However, other experts, such as forensic psychologist Barbara R. Kirwin, question Lewis' uses of small samples without control groups, and her own findings indicate a far lower estimate of how many murderers were abused as children.

Lewis in fact focused on several possible antecedents of violence, and summed up her conclusions in 1998: "What brain damage does is it increases emotional lability, impulsiveness, poor judgment. But most brain-damaged people are not violent. And psychoses, even paranoia ... even paranoid schizophrenia does not usually create violence. Most people with this disorder are not violent. And probably abuse alone does not create a grotesquely violent individual. However, when you put these together brain dysfunction, a tendency to paranoia and early on-going horrendous abuse and violence, you get a recipe for violence." Lewis has also highlighted the role of extremes of mood such as major depression and mania or even hypomania (including swings between them as found in the bipolar spectrum, previously known as manic depressive psychosis), and dissociative identity states (formerly multiple personality disorder, that Lewis originally doubted the existence of).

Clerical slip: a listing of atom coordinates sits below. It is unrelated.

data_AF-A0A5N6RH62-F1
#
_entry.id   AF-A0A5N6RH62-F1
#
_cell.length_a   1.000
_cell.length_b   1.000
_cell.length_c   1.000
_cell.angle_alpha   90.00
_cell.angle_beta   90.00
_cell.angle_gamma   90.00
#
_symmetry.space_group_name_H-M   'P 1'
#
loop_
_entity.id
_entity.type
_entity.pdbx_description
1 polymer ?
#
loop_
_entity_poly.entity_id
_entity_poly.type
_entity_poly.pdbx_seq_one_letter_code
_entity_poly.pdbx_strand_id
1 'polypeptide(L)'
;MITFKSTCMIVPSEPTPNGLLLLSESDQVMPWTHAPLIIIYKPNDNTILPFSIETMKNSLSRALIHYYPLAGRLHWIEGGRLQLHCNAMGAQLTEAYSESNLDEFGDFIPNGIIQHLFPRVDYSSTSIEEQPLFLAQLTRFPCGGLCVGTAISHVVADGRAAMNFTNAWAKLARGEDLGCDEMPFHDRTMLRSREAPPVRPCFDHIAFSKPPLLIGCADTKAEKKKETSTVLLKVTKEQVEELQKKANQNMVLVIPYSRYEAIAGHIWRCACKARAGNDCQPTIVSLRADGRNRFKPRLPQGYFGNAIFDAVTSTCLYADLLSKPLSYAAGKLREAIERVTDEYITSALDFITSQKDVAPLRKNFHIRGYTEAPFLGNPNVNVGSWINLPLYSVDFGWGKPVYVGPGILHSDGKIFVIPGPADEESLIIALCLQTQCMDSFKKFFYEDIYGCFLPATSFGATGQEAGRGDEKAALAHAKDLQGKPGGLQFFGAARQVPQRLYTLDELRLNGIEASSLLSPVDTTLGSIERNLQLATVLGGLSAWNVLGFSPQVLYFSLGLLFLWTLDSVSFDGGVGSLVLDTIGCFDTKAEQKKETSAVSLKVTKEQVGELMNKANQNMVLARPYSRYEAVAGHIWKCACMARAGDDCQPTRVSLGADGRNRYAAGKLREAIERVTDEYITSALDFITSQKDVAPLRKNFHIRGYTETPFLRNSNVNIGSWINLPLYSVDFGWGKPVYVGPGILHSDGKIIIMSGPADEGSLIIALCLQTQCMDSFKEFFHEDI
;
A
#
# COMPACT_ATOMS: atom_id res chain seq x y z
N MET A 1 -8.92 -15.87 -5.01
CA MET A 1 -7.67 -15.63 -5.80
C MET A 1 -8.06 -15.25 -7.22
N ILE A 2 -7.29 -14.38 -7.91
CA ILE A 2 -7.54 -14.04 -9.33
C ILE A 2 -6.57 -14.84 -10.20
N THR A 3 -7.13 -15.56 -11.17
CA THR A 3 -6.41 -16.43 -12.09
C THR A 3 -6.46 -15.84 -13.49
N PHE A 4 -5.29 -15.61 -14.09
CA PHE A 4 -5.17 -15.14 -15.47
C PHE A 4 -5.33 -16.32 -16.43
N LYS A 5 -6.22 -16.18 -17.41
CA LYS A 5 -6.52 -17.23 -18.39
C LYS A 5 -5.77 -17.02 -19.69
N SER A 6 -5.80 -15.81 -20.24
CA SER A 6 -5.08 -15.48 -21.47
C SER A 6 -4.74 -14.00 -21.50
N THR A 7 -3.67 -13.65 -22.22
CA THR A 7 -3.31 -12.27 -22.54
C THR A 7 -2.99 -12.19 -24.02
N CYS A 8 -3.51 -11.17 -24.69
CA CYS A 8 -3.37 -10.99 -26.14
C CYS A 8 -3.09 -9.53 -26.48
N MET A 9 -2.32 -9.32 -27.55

Trial work

Lewis has assessed and/or testified for the defense on several high-profile criminal cases, including Mark David Chapman, Joel Rifkin, David Wilson (Louisiana) and Marie Moore (New Jersey), Joseph Paul Franklin, Ted Bundy and Arthur Shawcross. She most recently testified as an expert witness for the defense in CO vs. Letecia Stauch for the disappearance and murder of Gannon Stauch in May 2023. Her testimony mainly benefitted the prosecution, however. The jury did not find her testimony to be credible and Stauch was found guilty on all four charges.